Now that MAVEN is fully operations, after doing a duck and cover for comet Sliding Spring, more answers will help us understand what we need to do to make Mars more habitable for future manned missions and potential colonization.

 

– Ex astris, scientia –

I am and avid amateur astronomer and intellectual property attorney in Pasadena, California and I am a Rising Star as rated by Super Lawyers Magazine.  As a former Chief Petty Officer in the U.S. Navy, I am a proud member of the Armed Service Committee of the Los Angeles County Bar Association working to aid all active duty and veterans in our communities. Connect with me on Google +, or by email.

Norman

Duck And Cover For Martian Probes.

The comet Sliding Spring flew past Mars yesterday giving us our first view of a comet from a different planet.

Hubble Space Telescope picture of comet C/2013 A1 Siding Spring as observed on March 11, 2014. At that time the comet was 353 million miles from Earth. When the glow of the coma is subtracted through image processing, which incorporates a smooth model of the coma's light distribution, Hubble resolves what appear to be two jets of dust coming off the nucleus in opposite directions. This means that only portions of the surface of the nucleus are presently active as they are warmed by sunlight, say researchers. Credit: NASA, ESA, and J.-Y. Li (Planetary Science Institute)

The images weren’t available in time for this post, but the Hubble image above shows how it looked earlier in the year.

Siding Spring went past Mars at 125,000mph (56km per second) and missing the planet by 86681 miles (139,500 km).  Earlier projections didn’t have enough data, so there was a possibility that the comet would actually hit Mars.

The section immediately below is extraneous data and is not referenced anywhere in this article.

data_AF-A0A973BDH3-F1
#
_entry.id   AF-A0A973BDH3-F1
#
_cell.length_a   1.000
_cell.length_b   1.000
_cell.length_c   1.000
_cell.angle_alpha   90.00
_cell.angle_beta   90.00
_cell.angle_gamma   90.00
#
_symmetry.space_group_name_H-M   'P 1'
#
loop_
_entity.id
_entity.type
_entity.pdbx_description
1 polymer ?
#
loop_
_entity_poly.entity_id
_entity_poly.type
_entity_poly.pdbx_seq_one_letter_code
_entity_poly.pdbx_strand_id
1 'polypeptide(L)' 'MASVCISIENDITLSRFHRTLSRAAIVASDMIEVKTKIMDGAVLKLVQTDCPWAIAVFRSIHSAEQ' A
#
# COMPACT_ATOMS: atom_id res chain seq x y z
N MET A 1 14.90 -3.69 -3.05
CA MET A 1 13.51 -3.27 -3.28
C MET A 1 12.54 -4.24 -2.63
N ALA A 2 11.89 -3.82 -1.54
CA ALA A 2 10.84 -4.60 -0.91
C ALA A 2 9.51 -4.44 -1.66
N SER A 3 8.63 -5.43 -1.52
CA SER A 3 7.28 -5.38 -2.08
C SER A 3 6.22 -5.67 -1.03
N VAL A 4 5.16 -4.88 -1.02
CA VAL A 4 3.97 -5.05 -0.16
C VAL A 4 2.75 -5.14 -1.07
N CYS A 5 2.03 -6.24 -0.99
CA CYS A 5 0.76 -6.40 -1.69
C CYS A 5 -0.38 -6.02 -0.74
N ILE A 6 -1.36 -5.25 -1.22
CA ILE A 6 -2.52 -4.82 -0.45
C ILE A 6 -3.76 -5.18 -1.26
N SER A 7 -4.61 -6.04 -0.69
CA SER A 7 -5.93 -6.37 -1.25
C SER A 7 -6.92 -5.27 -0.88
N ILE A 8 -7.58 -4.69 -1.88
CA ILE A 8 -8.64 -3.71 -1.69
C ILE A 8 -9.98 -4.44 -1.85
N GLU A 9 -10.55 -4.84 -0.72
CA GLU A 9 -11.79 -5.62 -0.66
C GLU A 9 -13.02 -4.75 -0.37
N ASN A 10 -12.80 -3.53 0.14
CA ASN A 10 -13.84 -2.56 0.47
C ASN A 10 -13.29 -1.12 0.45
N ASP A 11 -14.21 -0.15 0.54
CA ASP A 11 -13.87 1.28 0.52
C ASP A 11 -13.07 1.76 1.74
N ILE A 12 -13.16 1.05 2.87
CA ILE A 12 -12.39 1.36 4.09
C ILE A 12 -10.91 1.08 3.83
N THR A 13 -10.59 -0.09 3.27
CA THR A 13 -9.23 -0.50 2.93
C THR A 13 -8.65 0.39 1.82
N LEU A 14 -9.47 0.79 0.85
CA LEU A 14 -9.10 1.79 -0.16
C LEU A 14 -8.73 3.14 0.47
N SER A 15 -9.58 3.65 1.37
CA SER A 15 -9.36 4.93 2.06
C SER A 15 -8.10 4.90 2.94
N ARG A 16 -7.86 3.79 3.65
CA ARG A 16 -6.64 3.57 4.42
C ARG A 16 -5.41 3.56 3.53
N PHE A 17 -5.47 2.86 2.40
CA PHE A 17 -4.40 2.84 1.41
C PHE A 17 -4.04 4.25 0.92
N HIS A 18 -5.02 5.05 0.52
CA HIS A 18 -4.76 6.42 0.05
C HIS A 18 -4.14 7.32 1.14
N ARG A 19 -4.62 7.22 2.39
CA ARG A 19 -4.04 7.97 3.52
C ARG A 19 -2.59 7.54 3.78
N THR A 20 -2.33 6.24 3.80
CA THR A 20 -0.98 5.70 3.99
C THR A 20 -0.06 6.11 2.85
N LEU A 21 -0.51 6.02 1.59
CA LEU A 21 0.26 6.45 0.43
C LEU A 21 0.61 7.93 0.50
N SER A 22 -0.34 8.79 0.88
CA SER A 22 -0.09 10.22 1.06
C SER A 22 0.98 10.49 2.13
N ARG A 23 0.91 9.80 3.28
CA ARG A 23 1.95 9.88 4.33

There are currently eight active spacecraft operating either on the surface, Opportunity and Curiosity, and . The orbiting Mars Odyssey, Mars Express, Mars Reconnaissance Orbiter, MAVEN, Mars Orbiter Mission and the newly arrive Indian MRO spacecraft.

http://space.jpl.nasa.gov/cgi-bin/wspace?tbody=499&vbody=1001&month=10&day=19&year=2014&hour=00&minute=00&rfov=90&fovmul=-1&bfov=30&porbs=1&showsc=1&showac=1

The simulated image above from the JPL/NASA simulator at http://space.jpl.nasa.gov/ show all the orbiters hiding behind the planet.  Due to the close flyby, the comet is going to leave a lot of debris as it passes by.  Any dust or debris traveling at that speed can severely damage these craft, so everyone moved their craft to the far side of the planet to wait for the all clear.

Comet debris can last for a very long time so this is something that may become happen every Martian year.  We see the residue of comets regularly in the form of meteor showers.

– Ex astris, scientia –

I am and avid amateur astronomer and intellectual property attorney in Pasadena, California and I am a Rising Star as rated by Super Lawyers Magazine.  As a former Chief Petty Officer in the U.S. Navy, I am a proud member of the Armed Service Committee of the Los Angeles County Bar Association working to aid all active duty and veterans in our communities. Connect with me on Google +

Norman